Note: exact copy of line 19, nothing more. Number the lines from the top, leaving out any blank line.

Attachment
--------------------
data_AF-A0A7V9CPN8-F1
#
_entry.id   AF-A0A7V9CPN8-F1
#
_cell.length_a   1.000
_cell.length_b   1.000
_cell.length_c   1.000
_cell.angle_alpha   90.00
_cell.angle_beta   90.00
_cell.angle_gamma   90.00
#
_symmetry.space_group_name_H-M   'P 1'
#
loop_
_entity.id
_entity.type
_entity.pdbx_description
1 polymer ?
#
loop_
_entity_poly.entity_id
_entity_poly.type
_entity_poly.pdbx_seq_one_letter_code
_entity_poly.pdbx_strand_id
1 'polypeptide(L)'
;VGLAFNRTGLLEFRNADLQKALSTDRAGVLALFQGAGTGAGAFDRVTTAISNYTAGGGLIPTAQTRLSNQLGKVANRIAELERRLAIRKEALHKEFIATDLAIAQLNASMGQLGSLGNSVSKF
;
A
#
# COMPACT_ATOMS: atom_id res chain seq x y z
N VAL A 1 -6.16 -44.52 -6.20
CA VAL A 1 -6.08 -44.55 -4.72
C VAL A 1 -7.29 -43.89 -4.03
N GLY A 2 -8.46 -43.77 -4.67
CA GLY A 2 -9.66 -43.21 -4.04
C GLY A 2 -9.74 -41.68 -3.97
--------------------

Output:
#